Vegetarian Dinosaurs

Veganasaurby Geoffrey Smagacz6/18/15
Is Steven Spielberg pushing that conceit again in his latest Jurassic Park picture, Jurassic World, that sees the vegetarian dinosaurs as gentle giants, but the carnivores as mean-spirited man eaters?  From watching the trailers and then the movie, unfortunately, yes.

In the first Jurassic Park, the wee ones, hiding in a tree, practically rub noses with one of the behemoths munching leaves.  They relax because “he’s one of the good ones”; the monster only eats vegetables.  It sneezes on the two innocents, and the audience titters.

Yes, this scene serves as comic relief for the audience after witnessing a particularly stressful scene.  But why does Mr. Spielberg perpetuate this well-worn myth; doesn’t he know what a cliché it is?  Though immensely entertaining, one has to wonder if these movies principally function as vegan propaganda.

For example, doesn’t Mr. Spielberg know that the two most dangerous animals in Africa – that is, the animals that kill the most humans – are the “herbivorific” hippo and water buffalo?  How can that be?  They only eat vegetables!  Little children should beware.

And how about that poor fellow in Africa stalking elephants with his camera, recently trampled to death by a bull elephant, also an herbivore?  And yet Spielberg has his Jurassic Park tourists in Jurassic World unconcernedly weaving in and out and around the legs of massive brontosauruses and stegosauruses?

What world does Spielberg live in?  The next time he visits his summer house near Yosemite National Park, he should find a herd of American Buffalo (they’re plenteous around there), and approach them, particularly one of the male bulls at rutting time.  Try to pat his head and see what happens.  Afterward, he can shake his finger at the beast and say, “You shouldn’t act like that.  Don’t you know you’re a vegetarian?”

I got my first unhealthy dose of vegans about 30 years ago, volunteering at a food coop in Buffalo, New York.  Then, I was, I admit, a vegetarian – and also an atheist.  These two vegan ladies that I worked with were the hands-down nastiest individuals I’d ever encountered in my short life up until then.

I started eating chicken and fish immediately thereafter but continued to avoid the red stuff until a particular incident.  An old school chum from a devout Catholic family invited me to dinner, and from the moment I arrived I could feel a palpable tension between the wayward daughter, who had become a vegan, and the mother, preparing T-bone steaks.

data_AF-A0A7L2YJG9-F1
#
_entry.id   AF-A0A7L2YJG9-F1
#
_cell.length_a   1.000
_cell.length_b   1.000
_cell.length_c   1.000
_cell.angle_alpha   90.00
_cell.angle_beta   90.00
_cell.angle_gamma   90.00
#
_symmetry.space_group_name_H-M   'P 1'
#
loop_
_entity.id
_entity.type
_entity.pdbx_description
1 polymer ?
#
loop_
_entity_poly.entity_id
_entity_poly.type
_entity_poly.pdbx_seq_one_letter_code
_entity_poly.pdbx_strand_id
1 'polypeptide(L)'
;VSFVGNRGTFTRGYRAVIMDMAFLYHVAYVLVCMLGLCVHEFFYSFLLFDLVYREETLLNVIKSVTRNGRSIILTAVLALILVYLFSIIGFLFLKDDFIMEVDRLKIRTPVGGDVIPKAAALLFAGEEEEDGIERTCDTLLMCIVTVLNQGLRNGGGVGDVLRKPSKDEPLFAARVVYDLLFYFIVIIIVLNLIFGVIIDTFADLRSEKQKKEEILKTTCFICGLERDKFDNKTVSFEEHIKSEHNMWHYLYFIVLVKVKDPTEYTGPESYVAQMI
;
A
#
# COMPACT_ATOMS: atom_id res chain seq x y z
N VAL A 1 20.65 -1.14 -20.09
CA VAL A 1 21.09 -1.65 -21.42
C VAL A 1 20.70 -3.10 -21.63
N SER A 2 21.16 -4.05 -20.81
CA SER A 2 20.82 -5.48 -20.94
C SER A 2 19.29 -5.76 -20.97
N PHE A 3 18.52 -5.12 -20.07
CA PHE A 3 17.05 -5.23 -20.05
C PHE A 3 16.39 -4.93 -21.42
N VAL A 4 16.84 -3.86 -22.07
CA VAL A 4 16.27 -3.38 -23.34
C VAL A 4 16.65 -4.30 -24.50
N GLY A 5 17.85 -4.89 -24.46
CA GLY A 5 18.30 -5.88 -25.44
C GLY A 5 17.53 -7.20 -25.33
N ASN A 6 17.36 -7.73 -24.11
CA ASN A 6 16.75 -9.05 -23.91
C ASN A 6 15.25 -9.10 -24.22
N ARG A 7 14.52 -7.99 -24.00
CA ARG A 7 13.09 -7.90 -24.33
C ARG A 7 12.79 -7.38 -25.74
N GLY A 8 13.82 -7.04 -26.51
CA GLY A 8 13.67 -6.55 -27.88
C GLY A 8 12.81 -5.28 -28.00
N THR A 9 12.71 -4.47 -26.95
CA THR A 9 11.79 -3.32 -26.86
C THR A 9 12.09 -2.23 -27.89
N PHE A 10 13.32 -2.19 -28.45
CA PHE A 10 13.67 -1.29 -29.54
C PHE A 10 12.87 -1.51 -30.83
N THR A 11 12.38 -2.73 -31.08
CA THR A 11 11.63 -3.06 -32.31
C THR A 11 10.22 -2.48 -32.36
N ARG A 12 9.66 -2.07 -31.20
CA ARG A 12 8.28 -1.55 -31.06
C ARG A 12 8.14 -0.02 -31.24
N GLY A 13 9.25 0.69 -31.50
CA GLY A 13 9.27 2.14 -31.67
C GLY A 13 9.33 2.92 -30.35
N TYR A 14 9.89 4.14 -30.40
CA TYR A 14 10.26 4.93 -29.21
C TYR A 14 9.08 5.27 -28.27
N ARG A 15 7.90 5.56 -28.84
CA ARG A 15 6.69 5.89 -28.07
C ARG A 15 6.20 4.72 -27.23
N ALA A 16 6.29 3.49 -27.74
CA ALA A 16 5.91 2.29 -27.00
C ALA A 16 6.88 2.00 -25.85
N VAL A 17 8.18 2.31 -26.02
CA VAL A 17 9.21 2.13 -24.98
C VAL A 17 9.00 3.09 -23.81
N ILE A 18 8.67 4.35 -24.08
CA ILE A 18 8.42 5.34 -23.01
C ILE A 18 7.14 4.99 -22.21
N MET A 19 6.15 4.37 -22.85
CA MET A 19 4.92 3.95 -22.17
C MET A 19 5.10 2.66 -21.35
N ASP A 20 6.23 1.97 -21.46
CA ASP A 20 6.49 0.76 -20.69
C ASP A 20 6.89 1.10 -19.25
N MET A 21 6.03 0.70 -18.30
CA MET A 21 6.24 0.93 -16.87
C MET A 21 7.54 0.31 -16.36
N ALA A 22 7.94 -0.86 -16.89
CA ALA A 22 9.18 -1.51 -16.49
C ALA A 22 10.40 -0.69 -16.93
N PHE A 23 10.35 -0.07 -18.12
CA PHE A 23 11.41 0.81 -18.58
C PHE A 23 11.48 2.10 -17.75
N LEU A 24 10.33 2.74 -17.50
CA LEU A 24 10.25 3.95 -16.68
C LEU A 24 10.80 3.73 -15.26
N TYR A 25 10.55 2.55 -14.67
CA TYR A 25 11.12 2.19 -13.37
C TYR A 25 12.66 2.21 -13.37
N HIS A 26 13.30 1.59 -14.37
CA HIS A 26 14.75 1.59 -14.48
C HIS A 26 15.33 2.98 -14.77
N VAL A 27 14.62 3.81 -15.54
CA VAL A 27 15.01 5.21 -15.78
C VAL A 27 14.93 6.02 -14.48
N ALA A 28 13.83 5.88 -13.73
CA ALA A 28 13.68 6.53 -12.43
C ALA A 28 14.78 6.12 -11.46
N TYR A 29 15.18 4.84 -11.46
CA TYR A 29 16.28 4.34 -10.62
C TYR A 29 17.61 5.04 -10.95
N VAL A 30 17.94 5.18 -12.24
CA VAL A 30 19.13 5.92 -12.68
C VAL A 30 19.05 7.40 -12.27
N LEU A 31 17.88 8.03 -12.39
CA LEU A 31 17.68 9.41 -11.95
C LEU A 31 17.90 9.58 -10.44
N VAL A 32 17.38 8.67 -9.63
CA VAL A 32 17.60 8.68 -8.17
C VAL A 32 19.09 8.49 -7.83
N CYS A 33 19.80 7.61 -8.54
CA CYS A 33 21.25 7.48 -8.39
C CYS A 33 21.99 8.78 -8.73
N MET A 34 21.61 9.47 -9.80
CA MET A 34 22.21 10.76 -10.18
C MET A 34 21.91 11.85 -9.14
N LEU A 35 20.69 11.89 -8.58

What am I going to do?  I thought.  How am I going to handle this?  I hadn’t eaten red meat in five years.  If I said anything, I’d only aggravate the strain.  I decided to zip it.  We gathered.  They prayed.  The daughter had her vegan meal and I tucked into a delicious steak, and I’ve been eating meat in moderation ever since.

In Matthew 4:4, Christ makes it clear.  It’s not what goes into a man’s mouth that defiles him, it’s what comes out of it.  Evil starts in the human heart.  It’s not the meat that’s going to make us mean or the lack of meat that will make us gentle.

So, Mr. Spielberg, next Jurassic Park movie, throw in a foot stomping brontosaurus with an attitude.  It’ll make me think of those vegans in Buffalo.

Mr. Smagacz is author of A Waste of Shame and Other Sad Tales of the Appalachian Foothills.  The book won the 2014 Independent Publisher gold medal for Mid-Atlantic Best Regional Fiction. • (1485 views)

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11 Responses to Vegetarian Dinosaurs

  1. oldguy says:

    I think it helpful to always think of meat only existing in packages found at the store.

  2. Kung Fu Zu Kung Fu Zu says:

    There are millions of vegetarians across Asia.They do not moan and bitch and are not sanctimonious about it, even though most of them do not eat meat for religious reasons.

    Western vegetarians are another kettle of fish. They have even come up with different tiers of vegetarian-ness so they may determine how holy they are. Of course, they are not only sparing other creatures, they are now saving the planet and are doubly blessed. And if you don’t believe them just ask them. They probably don’t have children for the same reason so we do have something to be thankful for.

  3. Timothy Lane says: